Proper summer tree care can be a life and death issue for certain trees so, it’s important to know something about your trees’ needs.
To Prune or Not to Prune
Regular pruning is not always necessary every year. Pruning can cause stress to a tree when pruning during hotter temperatures, or by pruning too much off a tree. Trees grow and produce leaves to manufacture sugars for fuel, and transevaporate water that keep them cool. Removing too many fuel producing leaves off a tree during the summer could cause it stress.
Too often pruning is done for the wrong reasons. If you prune a large tree to keep it small, perhaps you planted the wrong tree. Or it could be that you are over-watering and over-fertilizing, causing the tree to grow too big too fast.
Pruning during the summer deprives the tree of leaf area that it uses for shade as well as food production. Many trees have been thinned and pruned to the point that they provide no shade-even to themselves. Excessive pruning such as that exposes the tree’s bark to intense sun, and can be harmful to the tree. The tree is likely to get sunscald on the bark, especially on thinner bark trees or younger trees.This excessive heating of bark can lead to a condition which can cause limb death or total tree death.
Try to reduce summer pruning to the removal of only dead or broken branches, especially if they are over hanging a structure or walkway.
Temperature – Hot Enough for You?
Heat is also a summer issue for trees. Decomposed granite used as mulch under or around trees absorbs and then reflects the heat and sun. This makes the radiant heat even more intense. Block walls, glass, structures, and water surfaces all reflect and/or absorb heat, and can affect nearby trees.
How About a Little Water? I’m Parched!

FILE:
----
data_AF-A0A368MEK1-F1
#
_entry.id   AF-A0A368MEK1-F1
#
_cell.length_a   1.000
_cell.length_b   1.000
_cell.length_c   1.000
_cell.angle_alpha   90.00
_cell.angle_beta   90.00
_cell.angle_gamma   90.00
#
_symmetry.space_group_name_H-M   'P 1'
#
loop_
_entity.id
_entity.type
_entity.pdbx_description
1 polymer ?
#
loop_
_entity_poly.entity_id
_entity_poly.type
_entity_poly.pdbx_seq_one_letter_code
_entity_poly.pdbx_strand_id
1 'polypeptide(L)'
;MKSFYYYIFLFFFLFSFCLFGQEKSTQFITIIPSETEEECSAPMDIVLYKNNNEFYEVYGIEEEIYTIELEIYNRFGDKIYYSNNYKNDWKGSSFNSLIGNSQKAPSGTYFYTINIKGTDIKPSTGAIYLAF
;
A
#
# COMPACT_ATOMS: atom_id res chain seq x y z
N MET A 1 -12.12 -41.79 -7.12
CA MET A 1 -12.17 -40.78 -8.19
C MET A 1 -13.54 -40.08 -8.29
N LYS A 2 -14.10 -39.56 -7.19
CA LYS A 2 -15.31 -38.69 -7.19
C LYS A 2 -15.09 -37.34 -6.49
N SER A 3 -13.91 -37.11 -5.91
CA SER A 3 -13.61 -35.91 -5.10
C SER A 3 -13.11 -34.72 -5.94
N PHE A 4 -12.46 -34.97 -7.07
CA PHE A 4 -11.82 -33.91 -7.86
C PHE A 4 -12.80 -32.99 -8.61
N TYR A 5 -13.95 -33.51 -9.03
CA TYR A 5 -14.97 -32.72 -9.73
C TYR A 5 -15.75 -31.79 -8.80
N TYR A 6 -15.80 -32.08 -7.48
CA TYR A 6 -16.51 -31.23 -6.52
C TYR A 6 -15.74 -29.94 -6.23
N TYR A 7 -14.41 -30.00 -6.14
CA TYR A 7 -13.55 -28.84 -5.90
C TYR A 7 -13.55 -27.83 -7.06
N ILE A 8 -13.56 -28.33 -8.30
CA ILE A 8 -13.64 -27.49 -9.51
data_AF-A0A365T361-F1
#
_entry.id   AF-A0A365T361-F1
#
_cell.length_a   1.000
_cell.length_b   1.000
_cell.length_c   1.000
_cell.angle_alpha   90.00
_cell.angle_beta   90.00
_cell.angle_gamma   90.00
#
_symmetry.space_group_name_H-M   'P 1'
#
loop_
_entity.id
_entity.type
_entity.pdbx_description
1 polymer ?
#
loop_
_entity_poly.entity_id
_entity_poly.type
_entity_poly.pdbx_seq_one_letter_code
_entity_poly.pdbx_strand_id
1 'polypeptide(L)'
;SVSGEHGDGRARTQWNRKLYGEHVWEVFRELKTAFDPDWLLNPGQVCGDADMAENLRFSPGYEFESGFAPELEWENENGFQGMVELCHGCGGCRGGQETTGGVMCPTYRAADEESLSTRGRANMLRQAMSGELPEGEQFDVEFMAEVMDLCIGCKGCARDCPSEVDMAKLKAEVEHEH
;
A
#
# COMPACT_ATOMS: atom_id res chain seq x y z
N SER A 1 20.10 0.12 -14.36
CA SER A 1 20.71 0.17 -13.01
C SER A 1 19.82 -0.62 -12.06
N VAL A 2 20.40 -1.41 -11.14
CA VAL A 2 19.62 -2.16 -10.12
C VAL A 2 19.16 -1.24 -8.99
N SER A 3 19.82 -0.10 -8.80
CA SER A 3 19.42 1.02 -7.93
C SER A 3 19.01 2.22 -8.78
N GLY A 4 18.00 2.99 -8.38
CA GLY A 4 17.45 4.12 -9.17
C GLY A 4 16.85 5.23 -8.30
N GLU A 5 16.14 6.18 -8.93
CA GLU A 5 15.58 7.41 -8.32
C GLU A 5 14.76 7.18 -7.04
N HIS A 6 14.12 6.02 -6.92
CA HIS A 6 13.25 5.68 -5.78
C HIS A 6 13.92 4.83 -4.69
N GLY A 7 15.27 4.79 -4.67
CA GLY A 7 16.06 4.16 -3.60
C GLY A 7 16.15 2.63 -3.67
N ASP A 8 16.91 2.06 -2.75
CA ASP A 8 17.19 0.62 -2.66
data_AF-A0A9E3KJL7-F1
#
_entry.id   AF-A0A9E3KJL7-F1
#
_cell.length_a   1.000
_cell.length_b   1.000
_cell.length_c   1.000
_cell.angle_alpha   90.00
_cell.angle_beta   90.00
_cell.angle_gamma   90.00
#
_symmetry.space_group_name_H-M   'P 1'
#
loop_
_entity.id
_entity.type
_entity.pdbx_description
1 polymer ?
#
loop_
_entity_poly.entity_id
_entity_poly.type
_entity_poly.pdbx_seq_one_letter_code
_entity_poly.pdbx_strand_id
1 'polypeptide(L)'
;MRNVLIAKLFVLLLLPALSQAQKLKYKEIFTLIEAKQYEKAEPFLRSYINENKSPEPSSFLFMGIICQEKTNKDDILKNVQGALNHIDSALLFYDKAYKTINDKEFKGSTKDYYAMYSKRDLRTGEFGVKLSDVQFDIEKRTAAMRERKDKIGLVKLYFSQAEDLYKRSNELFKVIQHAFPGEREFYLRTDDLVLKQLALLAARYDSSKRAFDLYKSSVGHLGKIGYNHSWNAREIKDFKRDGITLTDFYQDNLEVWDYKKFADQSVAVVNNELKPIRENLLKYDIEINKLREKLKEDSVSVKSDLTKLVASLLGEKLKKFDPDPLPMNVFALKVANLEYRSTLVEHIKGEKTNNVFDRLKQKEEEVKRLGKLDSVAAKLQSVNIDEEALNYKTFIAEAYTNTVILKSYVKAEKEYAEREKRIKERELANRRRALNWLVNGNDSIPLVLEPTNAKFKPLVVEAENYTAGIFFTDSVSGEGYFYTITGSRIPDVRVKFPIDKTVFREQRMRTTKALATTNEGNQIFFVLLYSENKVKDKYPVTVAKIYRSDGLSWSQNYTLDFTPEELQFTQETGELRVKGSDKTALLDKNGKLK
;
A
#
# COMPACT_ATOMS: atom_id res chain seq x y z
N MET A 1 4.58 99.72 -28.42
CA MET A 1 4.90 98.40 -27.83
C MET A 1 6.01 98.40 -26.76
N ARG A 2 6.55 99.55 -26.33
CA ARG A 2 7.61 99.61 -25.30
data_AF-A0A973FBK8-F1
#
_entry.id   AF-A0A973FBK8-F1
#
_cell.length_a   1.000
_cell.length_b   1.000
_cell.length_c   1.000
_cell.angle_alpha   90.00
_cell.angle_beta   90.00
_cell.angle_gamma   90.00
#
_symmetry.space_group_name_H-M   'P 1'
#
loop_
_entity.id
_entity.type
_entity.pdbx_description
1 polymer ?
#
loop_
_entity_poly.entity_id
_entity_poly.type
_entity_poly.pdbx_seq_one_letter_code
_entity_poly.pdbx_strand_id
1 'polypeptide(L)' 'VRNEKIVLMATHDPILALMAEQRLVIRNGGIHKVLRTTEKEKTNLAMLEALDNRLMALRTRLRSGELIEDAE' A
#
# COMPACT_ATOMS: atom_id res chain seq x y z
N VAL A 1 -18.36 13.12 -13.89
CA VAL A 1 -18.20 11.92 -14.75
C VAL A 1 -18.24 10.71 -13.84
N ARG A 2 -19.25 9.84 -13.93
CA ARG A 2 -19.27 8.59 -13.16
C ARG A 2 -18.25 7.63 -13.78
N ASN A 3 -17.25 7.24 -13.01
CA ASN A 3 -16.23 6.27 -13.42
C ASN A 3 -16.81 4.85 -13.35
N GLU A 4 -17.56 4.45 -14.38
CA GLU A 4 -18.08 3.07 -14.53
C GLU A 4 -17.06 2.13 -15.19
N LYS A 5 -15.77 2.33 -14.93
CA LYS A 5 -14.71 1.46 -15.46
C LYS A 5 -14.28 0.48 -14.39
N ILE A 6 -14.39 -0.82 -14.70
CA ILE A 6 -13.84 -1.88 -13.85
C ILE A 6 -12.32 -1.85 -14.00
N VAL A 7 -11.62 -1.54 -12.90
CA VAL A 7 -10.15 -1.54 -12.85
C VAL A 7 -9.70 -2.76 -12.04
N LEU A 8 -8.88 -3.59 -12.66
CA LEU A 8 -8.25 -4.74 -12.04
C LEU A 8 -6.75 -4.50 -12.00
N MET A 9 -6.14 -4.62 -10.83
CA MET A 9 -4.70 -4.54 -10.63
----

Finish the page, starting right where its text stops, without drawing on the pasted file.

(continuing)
The warmer months are an important time to provide water to the tree roots. Insure that your trees have enough moisture stored in their leaves, branches, trunks, and roots to sustain them during the summer. This is when they are growing and expanding, and transpiration is occurring. Otherwise, trees can be thrown into stress which could compromise the health of the tree . In order for trees to have enough water, don’t wait until the tree is dying to water it. Infrequent but deep watering of the entire root system out to the dripline of the branches will benefit the tree the most.
During the summer, the trees may need to be watered every seven days or so. For smaller, newly planted trees a drip system with one or two emitters at the edge of the rootball would provide adequate irrigation. Turn the system on for about thirty minutes every two or three days. Watering needs should be reevaluated after the tree has been in the ground for a few months.
Another important consideration is how trees are staked and tied. It is not always necessary to stake and tie newly planted trees. If it is necessary (to keep the tree from falling over), do so with the idea that stakes and ties should be removed as soon as possible. Usually, the ties can be removed after one full growing season.
Keep your tree as vigorous as possible with good cultural practices. This can prolong the life of your tree, and allow you to bask in its shade and beauty all summer long.